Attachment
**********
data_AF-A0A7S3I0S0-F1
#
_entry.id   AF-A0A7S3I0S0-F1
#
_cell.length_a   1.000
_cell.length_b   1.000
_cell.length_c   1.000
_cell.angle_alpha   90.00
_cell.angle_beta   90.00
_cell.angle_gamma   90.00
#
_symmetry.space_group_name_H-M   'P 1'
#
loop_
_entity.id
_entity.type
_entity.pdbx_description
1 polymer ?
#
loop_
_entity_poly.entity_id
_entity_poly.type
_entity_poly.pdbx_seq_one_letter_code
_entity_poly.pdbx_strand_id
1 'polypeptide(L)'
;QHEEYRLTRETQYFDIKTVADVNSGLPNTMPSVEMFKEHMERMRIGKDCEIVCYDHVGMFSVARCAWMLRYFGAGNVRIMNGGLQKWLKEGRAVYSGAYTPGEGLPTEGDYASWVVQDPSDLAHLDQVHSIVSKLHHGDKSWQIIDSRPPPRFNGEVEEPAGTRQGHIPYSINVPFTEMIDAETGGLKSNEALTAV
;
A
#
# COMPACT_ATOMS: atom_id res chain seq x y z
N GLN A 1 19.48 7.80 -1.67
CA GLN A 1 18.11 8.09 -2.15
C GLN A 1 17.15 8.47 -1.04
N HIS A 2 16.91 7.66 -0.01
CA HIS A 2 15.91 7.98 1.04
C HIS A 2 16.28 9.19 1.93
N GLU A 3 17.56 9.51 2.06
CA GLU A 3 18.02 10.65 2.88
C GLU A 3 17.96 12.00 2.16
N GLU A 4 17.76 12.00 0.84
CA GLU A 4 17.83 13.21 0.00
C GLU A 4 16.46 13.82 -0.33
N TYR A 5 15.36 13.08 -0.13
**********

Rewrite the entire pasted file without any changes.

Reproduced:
data_AF-A0A7S3I0S0-F1
#
_entry.id   AF-A0A7S3I0S0-F1
#
_cell.length_a   1.000
_cell.length_b   1.000
_cell.length_c   1.000
_cell.angle_alpha   90.00
_cell.angle_beta   90.00
_cell.angle_gamma   90.00
#
_symmetry.space_group_name_H-M   'P 1'
#
loop_
_entity.id
_entity.type
_entity.pdbx_description
1 polymer ?
#
loop_
_entity_poly.entity_id
_entity_poly.type
_entity_poly.pdbx_seq_one_letter_code
_entity_poly.pdbx_strand_id
1 'polypeptide(L)'
;QHEEYRLTRETQYFDIKTVADVNSGLPNTMPSVEMFKEHMERMRIGKDCEIVCYDHVGMFSVARCAWMLRYFGAGNVRIMNGGLQKWLKEGRAVYSGAYTPGEGLPTEGDYASWVVQDPSDLAHLDQVHSIVSKLHHGDKSWQIIDSRPPPRFNGEVEEPAGTRQGHIPYSINVPFTEMIDAETGGLKSNEALTAV
;
A
#
# COMPACT_ATOMS: atom_id res chain seq x y z
N GLN A 1 19.48 7.80 -1.67
CA GLN A 1 18.11 8.09 -2.15
C GLN A 1 17.15 8.47 -1.04
N HIS A 2 16.91 7.66 -0.01
CA HIS A 2 15.91 7.98 1.04
C HIS A 2 16.28 9.19 1.93
N GLU A 3 17.56 9.51 2.06
CA GLU A 3 18.02 10.65 2.88
C GLU A 3 17.96 12.00 2.16
N GLU A 4 17.76 12.00 0.84
CA GLU A 4 17.83 13.21 0.00
C GLU A 4 16.46 13.82 -0.33
N TYR A 5 15.36 13.08 -0.13